The remains of Backbarrow Ironworks lie next to the River Leven, between the villages of Backbarrow and Haverthwaite, in the Furness district of Cumbria, England.
Visitors to the site can see the conserved remains of the ‘new’ 1770 furnace stack; the waterwheel pit and later power house; the ovens that re-heated waste gases to supply a hot blast to the furnace; and the massive stone barns that stored the iron-making ingredients.
Neglected for many years after its closure in 1966, and on the Heritage at Risk register for a long time, the furnace stack and associated buildings at its core were repaired and conserved as part of the development of the rest of the site for housing in 2019.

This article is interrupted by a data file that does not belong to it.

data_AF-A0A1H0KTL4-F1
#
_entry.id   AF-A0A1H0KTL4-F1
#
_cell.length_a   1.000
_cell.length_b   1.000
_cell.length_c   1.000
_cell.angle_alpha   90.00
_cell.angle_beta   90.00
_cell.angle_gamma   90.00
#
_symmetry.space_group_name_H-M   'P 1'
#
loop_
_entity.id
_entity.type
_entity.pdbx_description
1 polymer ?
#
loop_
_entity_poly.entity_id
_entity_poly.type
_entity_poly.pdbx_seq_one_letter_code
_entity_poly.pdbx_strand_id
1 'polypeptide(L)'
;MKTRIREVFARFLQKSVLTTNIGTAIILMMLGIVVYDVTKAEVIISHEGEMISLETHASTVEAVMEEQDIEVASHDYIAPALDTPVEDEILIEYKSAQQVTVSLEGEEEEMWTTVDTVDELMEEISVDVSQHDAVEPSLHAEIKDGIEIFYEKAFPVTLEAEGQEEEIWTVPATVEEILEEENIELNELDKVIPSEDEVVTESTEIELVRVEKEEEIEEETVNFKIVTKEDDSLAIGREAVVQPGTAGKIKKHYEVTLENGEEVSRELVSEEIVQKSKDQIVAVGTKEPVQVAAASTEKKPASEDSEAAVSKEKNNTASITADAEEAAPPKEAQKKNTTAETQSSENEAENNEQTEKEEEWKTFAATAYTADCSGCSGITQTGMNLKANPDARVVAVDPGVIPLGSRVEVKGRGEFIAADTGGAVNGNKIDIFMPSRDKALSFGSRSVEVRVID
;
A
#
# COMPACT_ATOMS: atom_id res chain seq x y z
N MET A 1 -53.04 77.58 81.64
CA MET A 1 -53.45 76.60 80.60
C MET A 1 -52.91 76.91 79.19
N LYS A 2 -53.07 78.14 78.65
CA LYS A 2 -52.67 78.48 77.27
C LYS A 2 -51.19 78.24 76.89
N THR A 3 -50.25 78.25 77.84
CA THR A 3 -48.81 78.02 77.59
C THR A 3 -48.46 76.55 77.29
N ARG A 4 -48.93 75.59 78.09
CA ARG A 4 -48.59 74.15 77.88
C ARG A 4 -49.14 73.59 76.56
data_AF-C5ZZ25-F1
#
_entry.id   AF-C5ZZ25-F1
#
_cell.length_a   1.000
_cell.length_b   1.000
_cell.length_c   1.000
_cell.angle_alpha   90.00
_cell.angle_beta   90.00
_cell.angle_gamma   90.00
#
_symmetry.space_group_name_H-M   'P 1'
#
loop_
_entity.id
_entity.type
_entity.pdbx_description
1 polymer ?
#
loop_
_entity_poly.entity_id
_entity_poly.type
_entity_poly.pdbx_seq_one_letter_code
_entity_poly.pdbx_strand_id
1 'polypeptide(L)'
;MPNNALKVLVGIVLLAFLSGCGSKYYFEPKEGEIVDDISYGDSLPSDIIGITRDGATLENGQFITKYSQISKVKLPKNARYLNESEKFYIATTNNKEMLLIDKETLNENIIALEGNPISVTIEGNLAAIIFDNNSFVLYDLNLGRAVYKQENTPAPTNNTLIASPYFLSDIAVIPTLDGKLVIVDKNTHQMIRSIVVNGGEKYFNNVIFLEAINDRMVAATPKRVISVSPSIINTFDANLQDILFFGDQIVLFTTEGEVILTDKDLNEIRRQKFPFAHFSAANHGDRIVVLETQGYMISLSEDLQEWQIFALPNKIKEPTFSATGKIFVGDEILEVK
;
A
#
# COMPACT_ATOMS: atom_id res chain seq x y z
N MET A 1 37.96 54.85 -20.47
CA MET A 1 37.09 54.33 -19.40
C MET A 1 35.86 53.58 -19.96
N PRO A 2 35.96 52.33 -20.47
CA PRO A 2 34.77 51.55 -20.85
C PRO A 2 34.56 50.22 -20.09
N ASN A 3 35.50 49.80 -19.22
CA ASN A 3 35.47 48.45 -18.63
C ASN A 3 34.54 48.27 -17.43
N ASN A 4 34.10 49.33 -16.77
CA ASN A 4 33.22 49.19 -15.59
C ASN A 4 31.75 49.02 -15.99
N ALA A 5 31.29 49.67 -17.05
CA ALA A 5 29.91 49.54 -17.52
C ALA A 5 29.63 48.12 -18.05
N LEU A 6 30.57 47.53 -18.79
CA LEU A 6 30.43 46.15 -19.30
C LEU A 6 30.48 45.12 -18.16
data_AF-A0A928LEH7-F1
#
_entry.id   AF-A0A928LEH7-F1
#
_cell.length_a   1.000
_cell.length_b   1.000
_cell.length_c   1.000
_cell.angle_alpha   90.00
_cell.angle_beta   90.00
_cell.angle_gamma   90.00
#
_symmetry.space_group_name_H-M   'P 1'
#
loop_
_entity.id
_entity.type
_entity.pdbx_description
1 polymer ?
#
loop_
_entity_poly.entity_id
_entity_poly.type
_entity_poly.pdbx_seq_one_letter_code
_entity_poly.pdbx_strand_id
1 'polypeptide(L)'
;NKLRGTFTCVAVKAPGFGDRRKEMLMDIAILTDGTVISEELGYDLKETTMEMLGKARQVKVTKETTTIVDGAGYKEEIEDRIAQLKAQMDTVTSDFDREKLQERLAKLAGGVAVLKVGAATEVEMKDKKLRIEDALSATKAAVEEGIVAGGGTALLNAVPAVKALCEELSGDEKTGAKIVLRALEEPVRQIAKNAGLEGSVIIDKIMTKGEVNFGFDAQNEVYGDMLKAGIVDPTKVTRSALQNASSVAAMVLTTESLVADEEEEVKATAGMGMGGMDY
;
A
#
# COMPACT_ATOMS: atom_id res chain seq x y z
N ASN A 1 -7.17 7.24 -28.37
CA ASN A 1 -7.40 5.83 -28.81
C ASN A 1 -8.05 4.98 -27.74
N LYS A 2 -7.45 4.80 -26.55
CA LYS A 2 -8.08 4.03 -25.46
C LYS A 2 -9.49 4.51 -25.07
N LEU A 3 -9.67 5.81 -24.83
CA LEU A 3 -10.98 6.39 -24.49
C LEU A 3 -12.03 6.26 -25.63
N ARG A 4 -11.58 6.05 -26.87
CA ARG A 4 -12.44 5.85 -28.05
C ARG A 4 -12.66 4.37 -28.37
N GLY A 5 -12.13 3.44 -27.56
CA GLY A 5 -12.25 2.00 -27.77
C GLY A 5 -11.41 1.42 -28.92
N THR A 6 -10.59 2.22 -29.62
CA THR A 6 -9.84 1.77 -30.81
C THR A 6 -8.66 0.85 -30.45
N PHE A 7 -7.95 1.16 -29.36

Established in 1711, it was the first in this part of Cumbria (then Lancashire). Using charcoal as its fuel until the 20th century, it kept going even though dwarfed by huge iron and steel works nearby.
During its 250 year lifetime the ironworks was extended and rebuilt many times to accommodate new technologies that improved the way it worked and the amount of iron it produced. Evidence of these changes remain, and that is what makes it so special.
"The surviving structures of this derelict ironworks represent the best illustration nationally of iron-smelting technology development
from the 18th to the 20th century” Historic England's Heritage at Risk register.